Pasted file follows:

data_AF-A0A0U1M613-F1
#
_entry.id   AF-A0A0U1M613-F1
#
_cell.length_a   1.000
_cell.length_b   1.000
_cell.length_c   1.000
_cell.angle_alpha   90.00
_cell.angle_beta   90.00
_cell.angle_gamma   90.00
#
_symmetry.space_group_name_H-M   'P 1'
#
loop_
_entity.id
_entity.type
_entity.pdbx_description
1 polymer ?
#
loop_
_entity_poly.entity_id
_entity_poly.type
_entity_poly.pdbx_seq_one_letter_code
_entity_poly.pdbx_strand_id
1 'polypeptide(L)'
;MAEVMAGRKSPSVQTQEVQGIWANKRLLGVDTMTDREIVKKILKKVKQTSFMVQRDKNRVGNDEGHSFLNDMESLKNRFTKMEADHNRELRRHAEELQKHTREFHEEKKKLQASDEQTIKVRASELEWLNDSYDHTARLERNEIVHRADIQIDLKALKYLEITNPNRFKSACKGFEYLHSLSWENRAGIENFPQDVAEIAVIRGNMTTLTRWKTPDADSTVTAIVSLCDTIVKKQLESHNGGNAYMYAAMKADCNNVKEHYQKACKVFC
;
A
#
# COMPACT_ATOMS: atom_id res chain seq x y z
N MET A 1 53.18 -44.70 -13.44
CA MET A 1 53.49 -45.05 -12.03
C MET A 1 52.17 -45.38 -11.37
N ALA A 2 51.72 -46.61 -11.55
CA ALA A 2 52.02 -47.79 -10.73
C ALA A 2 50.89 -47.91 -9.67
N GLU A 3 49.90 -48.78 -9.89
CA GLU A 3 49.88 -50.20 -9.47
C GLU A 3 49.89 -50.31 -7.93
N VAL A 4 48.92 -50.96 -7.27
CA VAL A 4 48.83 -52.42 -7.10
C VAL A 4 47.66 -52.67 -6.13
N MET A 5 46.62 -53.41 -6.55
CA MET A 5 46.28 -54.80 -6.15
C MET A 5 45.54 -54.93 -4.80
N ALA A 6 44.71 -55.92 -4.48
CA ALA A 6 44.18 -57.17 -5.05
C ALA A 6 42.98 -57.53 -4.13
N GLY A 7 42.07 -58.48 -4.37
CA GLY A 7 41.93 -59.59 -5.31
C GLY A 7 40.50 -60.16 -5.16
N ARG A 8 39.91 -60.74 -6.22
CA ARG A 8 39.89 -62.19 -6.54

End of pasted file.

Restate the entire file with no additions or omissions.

data_AF-A0A0U1M613-F1
#
_entry.id   AF-A0A0U1M613-F1
#
_cell.length_a   1.000
_cell.length_b   1.000
_cell.length_c   1.000
_cell.angle_alpha   90.00
_cell.angle_beta   90.00
_cell.angle_gamma   90.00
#
_symmetry.space_group_name_H-M   'P 1'
#
loop_
_entity.id
_entity.type
_entity.pdbx_description
1 polymer ?
#
loop_
_entity_poly.entity_id
_entity_poly.type
_entity_poly.pdbx_seq_one_letter_code
_entity_poly.pdbx_strand_id
1 'polypeptide(L)'
;MAEVMAGRKSPSVQTQEVQGIWANKRLLGVDTMTDREIVKKILKKVKQTSFMVQRDKNRVGNDEGHSFLNDMESLKNRFTKMEADHNRELRRHAEELQKHTREFHEEKKKLQASDEQTIKVRASELEWLNDSYDHTARLERNEIVHRADIQIDLKALKYLEITNPNRFKSACKGFEYLHSLSWENRAGIENFPQDVAEIAVIRGNMTTLTRWKTPDADSTVTAIVSLCDTIVKKQLESHNGGNAYMYAAMKADCNNVKEHYQKACKVFC
;
A
#
# COMPACT_ATOMS: atom_id res chain seq x y z
N MET A 1 53.18 -44.70 -13.44
CA MET A 1 53.49 -45.05 -12.03
C MET A 1 52.17 -45.38 -11.37
N ALA A 2 51.72 -46.61 -11.55
CA ALA A 2 52.02 -47.79 -10.73
C ALA A 2 50.89 -47.91 -9.67
N GLU A 3 49.90 -48.78 -9.89
CA GLU A 3 49.88 -50.20 -9.47
C GLU A 3 49.89 -50.31 -7.93
N VAL A 4 48.92 -50.96 -7.27
CA VAL A 4 48.83 -52.42 -7.10
C VAL A 4 47.66 -52.67 -6.13
N MET A 5 46.62 -53.41 -6.55
CA MET A 5 46.28 -54.80 -6.15
C MET A 5 45.54 -54.93 -4.80
N ALA A 6 44.71 -55.92 -4.48
CA ALA A 6 44.18 -57.17 -5.05
C ALA A 6 42.98 -57.53 -4.13
N GLY A 7 42.07 -58.48 -4.37
CA GLY A 7 41.93 -59.59 -5.31
C GLY A 7 40.50 -60.16 -5.16
N ARG A 8 39.91 -60.74 -6.22
CA ARG A 8 39.89 -62.19 -6.54